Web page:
[Glass] [GLASS] Compiling methods dinamically in

James Foster via Glass glass at lists.gemtalksystems.com
Sun Dec 7 10:10:24 PST 2014

On Dec 7, 2014, at 9:21 AM, AleDanos via Glass <glass at lists.gemtalksystems.com> wrote:
> Hi, we're having some problems importing our *Pharo 3.0* code into GemStone.
> More specifically, meta-programing code.

Meta-programming is certainly an area where cross-dialect portability will be problematic. 

> In Pharo 3.0, given a class you can ask for its compiler and compile methods
> for it easily. These methods can then be run dynamically for a recipient
> object and the arguments the method requires.
> In GemStone, we couldn't find this functionality of just asking a class for
> its compiler.

Right. In GemStone, the compiler is in C and always adds the compiled method to the class.

> Instead we found out that there's a message #compile found in
> the class methods for class Behaviour. We tried this message out and it
> compiles code (strings) but it automatically assigns the resulting method to
> the method dictionary of the class of the recipient object of the message.
> Examples:
> In Gemstone, 
>    C compile: 'hello', String cr, '^4'
> ... running that collaboration would add a new method for message #hello in
> class C with the corresponding code. Instances of C now can answer to the
> message #hello
> On the other hand, in Pharo 3.0
>    code := 'hello', String cr, '^4'.
>    aCompiler :=C compiler 
> 		source: code;
> 		requestor: nil;
> 		category: '';
> 		failBlock:  [ ^nil ].
> 	aCompiledMethod := aCompiler translate generateWithSource.
> ...aCompiledMethod would be a compiled method "cooked" for instances of
> class C but it wouldn't be added to the method dictioary of Class C:
> instances of Class C don't know how to answer the message #hello. So, if we
> wanted to send the message "hello" to an instance X of class C then we would
> run that method with X as the recipient object and no arguments:
>    aCompiledMethod valueWithReceiver: X arguments: #()
> ¿Is there a way to do something of the sort in GemStone? That is, compile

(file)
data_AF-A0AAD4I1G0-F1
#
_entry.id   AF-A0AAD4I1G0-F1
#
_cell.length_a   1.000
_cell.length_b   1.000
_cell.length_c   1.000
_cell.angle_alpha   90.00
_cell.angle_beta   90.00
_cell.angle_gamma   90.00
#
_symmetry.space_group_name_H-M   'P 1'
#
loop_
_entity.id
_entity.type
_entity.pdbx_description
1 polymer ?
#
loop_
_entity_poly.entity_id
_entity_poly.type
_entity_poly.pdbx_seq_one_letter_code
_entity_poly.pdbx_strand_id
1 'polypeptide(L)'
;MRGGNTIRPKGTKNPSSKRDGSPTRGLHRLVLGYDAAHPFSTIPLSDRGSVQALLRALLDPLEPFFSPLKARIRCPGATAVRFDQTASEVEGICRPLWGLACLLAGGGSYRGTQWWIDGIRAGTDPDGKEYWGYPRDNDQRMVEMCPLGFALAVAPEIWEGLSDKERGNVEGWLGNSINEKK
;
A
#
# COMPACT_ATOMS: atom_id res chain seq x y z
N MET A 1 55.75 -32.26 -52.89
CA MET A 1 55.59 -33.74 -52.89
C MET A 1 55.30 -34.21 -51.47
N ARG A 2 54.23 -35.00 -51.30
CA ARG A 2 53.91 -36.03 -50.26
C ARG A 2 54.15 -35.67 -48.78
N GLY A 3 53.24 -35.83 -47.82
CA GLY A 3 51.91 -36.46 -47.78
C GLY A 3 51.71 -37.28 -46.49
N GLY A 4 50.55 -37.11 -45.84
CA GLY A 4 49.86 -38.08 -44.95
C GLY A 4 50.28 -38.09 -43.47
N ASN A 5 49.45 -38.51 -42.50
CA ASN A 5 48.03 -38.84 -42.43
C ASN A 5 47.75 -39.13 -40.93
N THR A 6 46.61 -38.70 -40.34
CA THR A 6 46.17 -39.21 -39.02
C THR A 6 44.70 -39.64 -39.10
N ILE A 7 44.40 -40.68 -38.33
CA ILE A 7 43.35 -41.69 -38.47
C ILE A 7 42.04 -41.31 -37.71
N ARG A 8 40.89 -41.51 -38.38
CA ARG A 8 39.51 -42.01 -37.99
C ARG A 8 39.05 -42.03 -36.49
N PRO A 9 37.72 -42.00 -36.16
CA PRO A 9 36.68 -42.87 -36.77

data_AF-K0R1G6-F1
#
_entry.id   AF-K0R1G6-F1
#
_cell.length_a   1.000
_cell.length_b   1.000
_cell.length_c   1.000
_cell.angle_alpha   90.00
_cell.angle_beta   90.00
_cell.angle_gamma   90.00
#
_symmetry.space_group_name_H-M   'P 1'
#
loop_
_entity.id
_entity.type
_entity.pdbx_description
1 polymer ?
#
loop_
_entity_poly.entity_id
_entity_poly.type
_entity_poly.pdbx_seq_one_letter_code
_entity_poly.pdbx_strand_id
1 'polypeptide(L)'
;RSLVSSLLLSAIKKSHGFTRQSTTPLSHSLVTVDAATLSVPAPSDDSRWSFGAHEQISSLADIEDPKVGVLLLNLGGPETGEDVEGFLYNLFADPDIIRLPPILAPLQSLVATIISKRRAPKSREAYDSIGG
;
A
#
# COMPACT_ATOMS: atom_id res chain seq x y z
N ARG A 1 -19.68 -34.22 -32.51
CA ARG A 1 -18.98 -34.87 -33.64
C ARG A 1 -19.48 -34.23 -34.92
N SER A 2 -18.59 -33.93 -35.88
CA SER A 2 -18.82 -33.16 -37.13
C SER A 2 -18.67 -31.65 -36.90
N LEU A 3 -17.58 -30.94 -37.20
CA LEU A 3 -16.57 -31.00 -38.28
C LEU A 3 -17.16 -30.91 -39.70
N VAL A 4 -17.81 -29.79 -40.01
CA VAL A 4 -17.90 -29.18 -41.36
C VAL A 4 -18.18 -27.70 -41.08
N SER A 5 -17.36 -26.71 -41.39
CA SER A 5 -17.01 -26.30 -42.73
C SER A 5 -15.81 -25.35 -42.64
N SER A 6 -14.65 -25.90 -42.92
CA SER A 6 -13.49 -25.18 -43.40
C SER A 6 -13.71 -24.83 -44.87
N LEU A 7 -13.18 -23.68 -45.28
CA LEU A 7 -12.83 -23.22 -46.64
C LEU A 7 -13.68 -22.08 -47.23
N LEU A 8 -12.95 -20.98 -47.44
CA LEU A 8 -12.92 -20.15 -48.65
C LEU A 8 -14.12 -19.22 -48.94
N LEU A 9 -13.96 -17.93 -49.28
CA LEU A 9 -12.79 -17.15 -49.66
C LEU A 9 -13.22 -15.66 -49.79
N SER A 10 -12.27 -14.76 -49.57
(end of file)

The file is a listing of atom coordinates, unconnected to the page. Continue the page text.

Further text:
> methods dynamically without them auto-adding-themselves on the methods of a
> Class. In other words, to have standalone methods.

I don’t think GemStone has any direct facility to do this. You can create stand-alone methods as long as they don’t take any arguments (see String>>#’_compileInContext:symbolList:’), but not that take an argument. You could implement the #’valueWithReceiver:arguments:’ method to add the method to a subclass, use #’become:’ to switch ‘X’ to the subclass, and send the message, but this is pretty complicated. 

> Everything we did on Pharo 3.0 is coupled to the way we compile methods. We
> would like it if we could import our code into GemStone without having to
> rewrite everything.

You will probably need a compatibility layer in each dialect that implements common methods.

> The best solution would be to be able to move *all of the pre-existant*
> classes that we are using in Pharo 3.0 to GemStone. That way, our developing
> enviroment (Pharo 3.0) would be independent of our persisting environment
> (GemStone). ¿Is there a way to do it? More generally, ¿Is there a way to
> move all of *Pharo 3.0* to GemStone? I'm aware that Pharo has classes that
> wouldn't make any sense in GemStone, like the ones responsible for the GUI,
> but that shouldn't be a problem. They wouldn't make sense but they wouldn't
> hurt either.

Actually, I’ve been interested in this idea for some time. As part of the Maglev/Ruby project, GemStone added method environments to the system so that Ruby code could be executed without any direct interference from the Smalltalk code. While it would be a substantial effort, it should be possible to put most of the Pharo methods in GemStone's environment 2 (environment 1 is reserved for Ruby) and then just run as if it were a Pharo image (with appropriate bridge methods to call VM primitives).

I think this would be too much effort to make it worthwhile for any one project (such as yours), but if it were done it would be useful to all. Of course, there are a lot of things in life for which that statement is true.


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